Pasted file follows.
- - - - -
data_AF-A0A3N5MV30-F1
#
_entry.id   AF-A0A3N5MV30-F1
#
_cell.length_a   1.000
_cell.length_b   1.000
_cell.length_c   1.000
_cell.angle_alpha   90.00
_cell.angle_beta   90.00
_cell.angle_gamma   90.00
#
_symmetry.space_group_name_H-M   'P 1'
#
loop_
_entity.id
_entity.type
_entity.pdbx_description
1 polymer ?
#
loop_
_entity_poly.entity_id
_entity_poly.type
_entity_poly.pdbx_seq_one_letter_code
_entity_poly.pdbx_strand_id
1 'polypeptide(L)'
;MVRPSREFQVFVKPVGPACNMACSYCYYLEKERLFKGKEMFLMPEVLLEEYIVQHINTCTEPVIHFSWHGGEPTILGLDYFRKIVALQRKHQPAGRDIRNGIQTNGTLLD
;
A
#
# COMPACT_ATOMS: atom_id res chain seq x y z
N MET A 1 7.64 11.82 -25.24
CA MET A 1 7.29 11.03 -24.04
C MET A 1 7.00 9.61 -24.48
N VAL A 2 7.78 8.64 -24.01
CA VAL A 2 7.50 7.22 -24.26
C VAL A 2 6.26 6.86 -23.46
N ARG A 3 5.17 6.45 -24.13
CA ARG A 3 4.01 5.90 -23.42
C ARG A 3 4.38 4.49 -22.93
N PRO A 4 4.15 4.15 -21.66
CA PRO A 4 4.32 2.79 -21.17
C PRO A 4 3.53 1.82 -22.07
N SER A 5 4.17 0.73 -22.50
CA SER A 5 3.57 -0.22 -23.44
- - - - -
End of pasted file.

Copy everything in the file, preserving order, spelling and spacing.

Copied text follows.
data_AF-A0A3N5MV30-F1
#
_entry.id   AF-A0A3N5MV30-F1
#
_cell.length_a   1.000
_cell.length_b   1.000
_cell.length_c   1.000
_cell.angle_alpha   90.00
_cell.angle_beta   90.00
_cell.angle_gamma   90.00
#
_symmetry.space_group_name_H-M   'P 1'
#
loop_
_entity.id
_entity.type
_entity.pdbx_description
1 polymer ?
#
loop_
_entity_poly.entity_id
_entity_poly.type
_entity_poly.pdbx_seq_one_letter_code
_entity_poly.pdbx_strand_id
1 'polypeptide(L)'
;MVRPSREFQVFVKPVGPACNMACSYCYYLEKERLFKGKEMFLMPEVLLEEYIVQHINTCTEPVIHFSWHGGEPTILGLDYFRKIVALQRKHQPAGRDIRNGIQTNGTLLD
;
A
#
# COMPACT_ATOMS: atom_id res chain seq x y z
N MET A 1 7.64 11.82 -25.24
CA MET A 1 7.29 11.03 -24.04
C MET A 1 7.00 9.61 -24.48
N VAL A 2 7.78 8.64 -24.01
CA VAL A 2 7.50 7.22 -24.26
C VAL A 2 6.26 6.86 -23.46
N ARG A 3 5.17 6.45 -24.13
CA ARG A 3 4.01 5.90 -23.42
C ARG A 3 4.38 4.49 -22.93
N PRO A 4 4.15 4.15 -21.66
CA PRO A 4 4.32 2.79 -21.17
C PRO A 4 3.53 1.82 -22.07
N SER A 5 4.17 0.73 -22.50
CA SER A 5 3.57 -0.22 -23.44